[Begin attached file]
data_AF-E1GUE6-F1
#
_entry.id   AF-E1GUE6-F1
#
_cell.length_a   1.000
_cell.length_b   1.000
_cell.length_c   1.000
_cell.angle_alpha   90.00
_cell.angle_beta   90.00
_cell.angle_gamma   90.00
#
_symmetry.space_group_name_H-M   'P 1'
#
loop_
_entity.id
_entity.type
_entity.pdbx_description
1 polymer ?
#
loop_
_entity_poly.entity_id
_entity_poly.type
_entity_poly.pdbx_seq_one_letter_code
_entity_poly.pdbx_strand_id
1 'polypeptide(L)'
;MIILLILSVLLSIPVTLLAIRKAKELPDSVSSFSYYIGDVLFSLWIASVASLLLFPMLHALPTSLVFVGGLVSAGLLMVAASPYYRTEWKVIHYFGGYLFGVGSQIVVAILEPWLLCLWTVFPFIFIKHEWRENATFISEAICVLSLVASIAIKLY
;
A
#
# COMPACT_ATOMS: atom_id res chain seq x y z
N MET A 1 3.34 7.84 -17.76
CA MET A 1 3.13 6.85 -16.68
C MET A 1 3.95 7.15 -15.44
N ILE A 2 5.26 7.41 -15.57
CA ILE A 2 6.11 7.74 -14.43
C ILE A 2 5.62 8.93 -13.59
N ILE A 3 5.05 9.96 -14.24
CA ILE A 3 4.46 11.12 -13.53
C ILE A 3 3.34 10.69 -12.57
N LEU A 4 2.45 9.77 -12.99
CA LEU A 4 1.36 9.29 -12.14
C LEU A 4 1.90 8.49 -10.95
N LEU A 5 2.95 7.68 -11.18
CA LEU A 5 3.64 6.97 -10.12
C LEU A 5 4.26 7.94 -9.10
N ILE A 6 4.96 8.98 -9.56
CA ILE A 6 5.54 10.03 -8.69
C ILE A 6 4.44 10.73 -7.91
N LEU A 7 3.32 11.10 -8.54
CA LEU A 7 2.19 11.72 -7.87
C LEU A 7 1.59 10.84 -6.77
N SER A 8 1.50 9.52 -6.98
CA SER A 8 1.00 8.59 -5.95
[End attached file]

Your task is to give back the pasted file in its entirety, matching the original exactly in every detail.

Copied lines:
data_AF-E1GUE6-F1
#
_entry.id   AF-E1GUE6-F1
#
_cell.length_a   1.000
_cell.length_b   1.000
_cell.length_c   1.000
_cell.angle_alpha   90.00
_cell.angle_beta   90.00
_cell.angle_gamma   90.00
#
_symmetry.space_group_name_H-M   'P 1'
#
loop_
_entity.id
_entity.type
_entity.pdbx_description
1 polymer ?
#
loop_
_entity_poly.entity_id
_entity_poly.type
_entity_poly.pdbx_seq_one_letter_code
_entity_poly.pdbx_strand_id
1 'polypeptide(L)'
;MIILLILSVLLSIPVTLLAIRKAKELPDSVSSFSYYIGDVLFSLWIASVASLLLFPMLHALPTSLVFVGGLVSAGLLMVAASPYYRTEWKVIHYFGGYLFGVGSQIVVAILEPWLLCLWTVFPFIFIKHEWRENATFISEAICVLSLVASIAIKLY
;
A
#
# COMPACT_ATOMS: atom_id res chain seq x y z
N MET A 1 3.34 7.84 -17.76
CA MET A 1 3.13 6.85 -16.68
C MET A 1 3.95 7.15 -15.44
N ILE A 2 5.26 7.41 -15.57
CA ILE A 2 6.11 7.74 -14.43
C ILE A 2 5.62 8.93 -13.59
N ILE A 3 5.05 9.96 -14.24
CA ILE A 3 4.46 11.12 -13.53
C ILE A 3 3.34 10.69 -12.57
N LEU A 4 2.45 9.77 -12.99
CA LEU A 4 1.36 9.29 -12.14
C LEU A 4 1.90 8.49 -10.95
N LEU A 5 2.95 7.68 -11.18
CA LEU A 5 3.64 6.97 -10.12
C LEU A 5 4.26 7.94 -9.10
N ILE A 6 4.96 8.98 -9.56
CA ILE A 6 5.54 10.03 -8.69
C ILE A 6 4.44 10.73 -7.91
N LEU A 7 3.32 11.10 -8.54
CA LEU A 7 2.19 11.72 -7.87
C LEU A 7 1.59 10.84 -6.77
N SER A 8 1.50 9.52 -6.98
CA SER A 8 1.00 8.59 -5.95